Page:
Parts of this article taken from Wikipedia.
Atari is a corporate and brand name owned by several entities since its inception in 1972, currently by Atari Interactive, a subsidiary of the French publisher Atari, SA (ASA). The original Atari, Inc. founded in 1972 by Nolan Bushnell and Ted Dabney was a pioneer in arcade games, home video game consoles, and home computers. The company’s products, such as Pong and the Atari 2600, helped define the electronic entertainment industry from the 1970s to the mid-1980s. In 1971, Nolan Bushnell and Ted Dabney founded an engineering firm, Syzygy Engineering, that designed and built Computer Space, the world’s first arcade video game, for Nutting Associates. On June 27, 1972 Atari, Inc. was incorporated and soon hired Al Alcorn as their first design engineer. Bushnell asked Alcorn produce an arcade version of the Magnavox Odyssey’s Tennis game, which would be named Pong. While Bushnell incorporated Atari in June 1972, Syzygy Company was never formally incorporated. Before Atari’s incorporation, Bushnell considered various terms from the game go, eventually choosing atari, referencing a position in the game when a group of stones is imminently in danger of being taken by one’s opponent. Atari was incorporated in the state of California on June 27, 1972.
In 1973, Atari secretly spawned a competitor called Kee Games, headed by Nolan’s next door neighbor Joe Keenan, to circumvent pinball distributors’ insistence on exclusive distribution deals; both Atari and Kee could market virtually the same game to different distributors, each getting an “exclusive” deal. Joe Keenan’s management of the subsidiary led to him being promoted president of Atari that same year.
In 1984, the original Atari Inc. was split and the arcade division was turned into Atari Games Inc. Atari Games received the rights to use the logo and brand name with appended text “Games” on arcade games, as well as rights to the original 1972–1984 arcade hardware properties. The Atari Consumer Electronics Division properties were in turn sold to Tramel Technology Ltd., which then renamed itself to Atari Corporation.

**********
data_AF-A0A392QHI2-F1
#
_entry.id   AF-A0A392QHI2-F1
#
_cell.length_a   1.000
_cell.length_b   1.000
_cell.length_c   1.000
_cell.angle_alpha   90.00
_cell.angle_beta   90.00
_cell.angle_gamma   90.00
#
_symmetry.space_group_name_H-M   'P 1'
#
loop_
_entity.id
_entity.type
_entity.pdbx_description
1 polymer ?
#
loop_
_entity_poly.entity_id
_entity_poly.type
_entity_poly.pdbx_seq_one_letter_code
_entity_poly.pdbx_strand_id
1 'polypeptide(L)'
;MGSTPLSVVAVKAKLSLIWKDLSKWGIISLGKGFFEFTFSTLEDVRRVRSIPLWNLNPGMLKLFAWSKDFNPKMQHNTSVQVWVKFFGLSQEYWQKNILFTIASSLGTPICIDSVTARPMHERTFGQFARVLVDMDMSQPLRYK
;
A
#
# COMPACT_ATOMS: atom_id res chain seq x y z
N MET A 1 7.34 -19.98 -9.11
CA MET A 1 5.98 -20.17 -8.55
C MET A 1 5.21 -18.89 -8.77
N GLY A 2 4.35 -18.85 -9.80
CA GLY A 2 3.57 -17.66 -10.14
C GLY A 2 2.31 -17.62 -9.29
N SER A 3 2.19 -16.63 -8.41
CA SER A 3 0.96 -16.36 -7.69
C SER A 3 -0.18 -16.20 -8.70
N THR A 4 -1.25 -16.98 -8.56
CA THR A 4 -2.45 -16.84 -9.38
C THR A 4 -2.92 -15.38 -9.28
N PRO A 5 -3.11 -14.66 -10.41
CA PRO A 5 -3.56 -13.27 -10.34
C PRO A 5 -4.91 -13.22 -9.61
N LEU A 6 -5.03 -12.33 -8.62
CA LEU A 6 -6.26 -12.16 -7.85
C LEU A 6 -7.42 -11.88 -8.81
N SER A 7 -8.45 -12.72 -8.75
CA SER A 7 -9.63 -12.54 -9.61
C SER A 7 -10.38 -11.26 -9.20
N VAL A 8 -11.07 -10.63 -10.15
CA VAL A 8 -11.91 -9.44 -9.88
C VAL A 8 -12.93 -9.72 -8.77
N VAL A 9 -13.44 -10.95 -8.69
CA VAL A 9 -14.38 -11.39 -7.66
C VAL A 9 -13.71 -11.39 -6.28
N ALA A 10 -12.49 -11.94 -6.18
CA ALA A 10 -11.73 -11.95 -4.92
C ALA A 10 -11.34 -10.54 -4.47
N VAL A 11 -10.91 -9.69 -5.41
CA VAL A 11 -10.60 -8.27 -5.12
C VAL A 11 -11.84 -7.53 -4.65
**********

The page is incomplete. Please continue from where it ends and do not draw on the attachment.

In 1976, Bushnell, through Grass Valley, CA firm Cyan Engineering, started development of a flexible console that was capable of playing the four existing Atari games. The result was the Atari Video Computer System, or VCS (later renamed 2600 when the 5200 was released). The introductory price of $199 (equivalent to $838 in 2016) included a console, two joysticks, a pair of paddles, and the Combat game cartridge. Bushnell knew he had another potential hit on his hands but bringing the machine to market would be extremely expensive.
Development of a successor to the 2600 started as soon as it shipped. The original team estimated the 2600 had a lifespan of about three years; it then set forth to build the most powerful machine possible within that time frame. Mid-way into their effort the home computer revolution took off, leading to the addition of a keyboard and features to produce the Atari 800 and its smaller sibling, the 400. The new machines had some success when they finally became available in quantity in 1980. From this platform Atari released their next-generation game console in 1982, the Atari 5200.
Under Warner and Atari’s chairman and CEO, Raymond Kassar, the company achieved its greatest success, selling millions of 2600s and computers. At its peak, Atari accounted for a third of Warner’s annual income and was the fastest growing company in US history at the time.